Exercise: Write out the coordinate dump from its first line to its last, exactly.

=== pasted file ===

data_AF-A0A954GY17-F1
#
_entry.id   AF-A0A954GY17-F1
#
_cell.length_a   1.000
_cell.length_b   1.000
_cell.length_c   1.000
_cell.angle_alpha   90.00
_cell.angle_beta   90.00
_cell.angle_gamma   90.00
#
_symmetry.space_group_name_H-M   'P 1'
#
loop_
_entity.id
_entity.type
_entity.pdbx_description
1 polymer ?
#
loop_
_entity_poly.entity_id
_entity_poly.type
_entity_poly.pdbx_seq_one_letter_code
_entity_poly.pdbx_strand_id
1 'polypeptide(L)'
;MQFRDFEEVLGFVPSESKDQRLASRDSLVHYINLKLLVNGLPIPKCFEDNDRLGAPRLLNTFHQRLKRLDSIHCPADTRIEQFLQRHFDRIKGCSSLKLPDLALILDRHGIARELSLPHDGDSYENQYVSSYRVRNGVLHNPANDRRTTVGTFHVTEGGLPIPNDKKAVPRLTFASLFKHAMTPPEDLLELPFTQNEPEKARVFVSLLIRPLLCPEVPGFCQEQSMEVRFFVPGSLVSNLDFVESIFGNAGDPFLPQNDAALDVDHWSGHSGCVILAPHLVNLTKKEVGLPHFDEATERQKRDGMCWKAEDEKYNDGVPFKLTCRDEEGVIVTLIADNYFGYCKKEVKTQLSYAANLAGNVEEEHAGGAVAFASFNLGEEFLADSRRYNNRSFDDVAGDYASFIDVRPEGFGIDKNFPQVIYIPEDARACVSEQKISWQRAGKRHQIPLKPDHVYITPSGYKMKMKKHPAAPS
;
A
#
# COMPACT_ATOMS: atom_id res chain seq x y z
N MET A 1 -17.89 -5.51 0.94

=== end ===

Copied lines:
data_AF-A0A954GY17-F1
#
_entry.id   AF-A0A954GY17-F1
#
_cell.length_a   1.000
_cell.length_b   1.000
_cell.length_c   1.000
_cell.angle_alpha   90.00
_cell.angle_beta   90.00
_cell.angle_gamma   90.00
#
_symmetry.space_group_name_H-M   'P 1'
#
loop_
_entity.id
_entity.type
_entity.pdbx_description
1 polymer ?
#
loop_
_entity_poly.entity_id
_entity_poly.type
_entity_poly.pdbx_seq_one_letter_code
_entity_poly.pdbx_strand_id
1 'polypeptide(L)'
;MQFRDFEEVLGFVPSESKDQRLASRDSLVHYINLKLLVNGLPIPKCFEDNDRLGAPRLLNTFHQRLKRLDSIHCPADTRIEQFLQRHFDRIKGCSSLKLPDLALILDRHGIARELSLPHDGDSYENQYVSSYRVRNGVLHNPANDRRTTVGTFHVTEGGLPIPNDKKAVPRLTFASLFKHAMTPPEDLLELPFTQNEPEKARVFVSLLIRPLLCPEVPGFCQEQSMEVRFFVPGSLVSNLDFVESIFGNAGDPFLPQNDAALDVDHWSGHSGCVILAPHLVNLTKKEVGLPHFDEATERQKRDGMCWKAEDEKYNDGVPFKLTCRDEEGVIVTLIADNYFGYCKKEVKTQLSYAANLAGNVEEEHAGGAVAFASFNLGEEFLADSRRYNNRSFDDVAGDYASFIDVRPEGFGIDKNFPQVIYIPEDARACVSEQKISWQRAGKRHQIPLKPDHVYITPSGYKMKMKKHPAAPS
;
A
#
# COMPACT_ATOMS: atom_id res chain seq x y z
N MET A 1 -17.89 -5.51 0.94